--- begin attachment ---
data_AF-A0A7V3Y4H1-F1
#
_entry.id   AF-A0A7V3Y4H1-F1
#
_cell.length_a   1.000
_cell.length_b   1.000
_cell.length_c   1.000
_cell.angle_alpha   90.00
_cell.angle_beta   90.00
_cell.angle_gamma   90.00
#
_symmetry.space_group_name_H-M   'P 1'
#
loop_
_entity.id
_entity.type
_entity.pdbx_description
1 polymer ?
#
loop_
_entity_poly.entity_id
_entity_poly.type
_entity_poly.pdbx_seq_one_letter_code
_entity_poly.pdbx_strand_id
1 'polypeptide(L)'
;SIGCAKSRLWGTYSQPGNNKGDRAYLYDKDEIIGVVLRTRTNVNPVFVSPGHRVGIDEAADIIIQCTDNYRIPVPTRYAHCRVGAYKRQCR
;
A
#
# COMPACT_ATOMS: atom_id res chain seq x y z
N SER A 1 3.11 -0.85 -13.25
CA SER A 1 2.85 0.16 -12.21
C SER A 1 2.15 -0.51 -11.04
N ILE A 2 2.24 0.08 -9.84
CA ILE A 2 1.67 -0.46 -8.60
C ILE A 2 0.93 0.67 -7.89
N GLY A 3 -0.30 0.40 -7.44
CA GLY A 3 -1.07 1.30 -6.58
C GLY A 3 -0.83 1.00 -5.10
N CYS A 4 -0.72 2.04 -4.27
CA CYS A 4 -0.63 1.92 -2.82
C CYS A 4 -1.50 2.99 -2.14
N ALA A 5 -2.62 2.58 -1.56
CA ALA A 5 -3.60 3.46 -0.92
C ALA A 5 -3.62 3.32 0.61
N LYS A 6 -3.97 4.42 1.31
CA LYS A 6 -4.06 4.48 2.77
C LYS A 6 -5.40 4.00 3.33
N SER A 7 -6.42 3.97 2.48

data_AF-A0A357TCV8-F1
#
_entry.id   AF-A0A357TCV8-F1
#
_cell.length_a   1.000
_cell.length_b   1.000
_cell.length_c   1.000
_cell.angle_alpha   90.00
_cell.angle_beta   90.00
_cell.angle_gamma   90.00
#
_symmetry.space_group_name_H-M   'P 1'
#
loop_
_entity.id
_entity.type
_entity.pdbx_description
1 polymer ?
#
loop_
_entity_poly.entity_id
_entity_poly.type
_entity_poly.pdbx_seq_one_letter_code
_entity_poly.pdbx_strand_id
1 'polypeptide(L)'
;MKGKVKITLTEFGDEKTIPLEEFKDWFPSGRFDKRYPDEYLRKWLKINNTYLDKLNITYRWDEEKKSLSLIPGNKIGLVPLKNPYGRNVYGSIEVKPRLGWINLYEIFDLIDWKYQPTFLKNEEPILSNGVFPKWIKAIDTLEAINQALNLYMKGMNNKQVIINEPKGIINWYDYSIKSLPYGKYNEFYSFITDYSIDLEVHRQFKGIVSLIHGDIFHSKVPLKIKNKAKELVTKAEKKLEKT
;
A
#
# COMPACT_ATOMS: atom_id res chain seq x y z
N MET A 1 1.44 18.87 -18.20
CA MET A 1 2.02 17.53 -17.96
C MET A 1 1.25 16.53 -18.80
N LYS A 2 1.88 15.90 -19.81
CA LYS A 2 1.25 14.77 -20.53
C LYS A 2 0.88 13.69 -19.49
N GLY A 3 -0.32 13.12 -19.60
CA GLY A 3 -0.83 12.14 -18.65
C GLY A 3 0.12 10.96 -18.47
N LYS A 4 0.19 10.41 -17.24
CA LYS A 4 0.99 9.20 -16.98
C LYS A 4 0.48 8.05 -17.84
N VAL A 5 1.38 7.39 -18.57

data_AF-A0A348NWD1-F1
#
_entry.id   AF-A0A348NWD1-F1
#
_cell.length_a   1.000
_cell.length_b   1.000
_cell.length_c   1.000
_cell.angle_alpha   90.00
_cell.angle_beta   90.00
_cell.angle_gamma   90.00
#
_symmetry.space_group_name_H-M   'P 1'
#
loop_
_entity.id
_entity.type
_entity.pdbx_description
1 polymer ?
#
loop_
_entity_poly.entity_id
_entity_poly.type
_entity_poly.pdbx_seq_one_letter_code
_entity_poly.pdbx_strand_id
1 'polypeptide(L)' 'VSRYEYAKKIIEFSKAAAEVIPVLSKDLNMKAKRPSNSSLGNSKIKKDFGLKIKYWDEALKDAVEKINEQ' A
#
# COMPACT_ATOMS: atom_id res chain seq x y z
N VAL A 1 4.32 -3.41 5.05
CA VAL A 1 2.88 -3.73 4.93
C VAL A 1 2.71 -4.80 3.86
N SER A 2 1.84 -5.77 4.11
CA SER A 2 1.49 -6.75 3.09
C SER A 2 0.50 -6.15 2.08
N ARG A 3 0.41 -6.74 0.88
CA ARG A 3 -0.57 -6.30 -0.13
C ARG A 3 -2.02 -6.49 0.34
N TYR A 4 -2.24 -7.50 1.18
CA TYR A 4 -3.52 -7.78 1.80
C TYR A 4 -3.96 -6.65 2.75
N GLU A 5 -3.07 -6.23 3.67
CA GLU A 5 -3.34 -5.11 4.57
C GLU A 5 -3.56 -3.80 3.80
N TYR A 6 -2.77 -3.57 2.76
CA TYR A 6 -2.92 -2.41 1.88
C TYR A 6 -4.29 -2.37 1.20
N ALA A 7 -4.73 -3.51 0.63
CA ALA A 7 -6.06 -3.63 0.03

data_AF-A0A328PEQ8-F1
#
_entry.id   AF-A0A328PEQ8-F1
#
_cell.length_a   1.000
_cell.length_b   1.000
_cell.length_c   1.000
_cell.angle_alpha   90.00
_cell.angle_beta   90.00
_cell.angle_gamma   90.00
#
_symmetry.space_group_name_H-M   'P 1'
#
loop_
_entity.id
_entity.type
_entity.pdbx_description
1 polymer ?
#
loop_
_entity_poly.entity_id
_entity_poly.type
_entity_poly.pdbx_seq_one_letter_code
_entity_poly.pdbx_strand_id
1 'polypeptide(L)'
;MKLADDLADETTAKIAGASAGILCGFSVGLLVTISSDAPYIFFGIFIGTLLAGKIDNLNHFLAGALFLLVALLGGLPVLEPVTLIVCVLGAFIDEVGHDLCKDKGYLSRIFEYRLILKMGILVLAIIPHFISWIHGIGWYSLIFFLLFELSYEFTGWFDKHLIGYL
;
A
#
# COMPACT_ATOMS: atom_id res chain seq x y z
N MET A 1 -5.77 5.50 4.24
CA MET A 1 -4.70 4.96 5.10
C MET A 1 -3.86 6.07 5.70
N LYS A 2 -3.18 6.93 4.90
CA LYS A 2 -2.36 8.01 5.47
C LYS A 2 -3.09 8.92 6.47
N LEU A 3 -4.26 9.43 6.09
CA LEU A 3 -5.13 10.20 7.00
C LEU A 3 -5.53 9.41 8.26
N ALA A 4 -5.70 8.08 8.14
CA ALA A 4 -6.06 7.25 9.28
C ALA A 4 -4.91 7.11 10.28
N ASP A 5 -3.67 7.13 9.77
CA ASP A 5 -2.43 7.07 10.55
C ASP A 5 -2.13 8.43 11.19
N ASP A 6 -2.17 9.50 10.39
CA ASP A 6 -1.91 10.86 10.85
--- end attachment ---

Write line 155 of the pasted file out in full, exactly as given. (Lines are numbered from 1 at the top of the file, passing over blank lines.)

_entity.type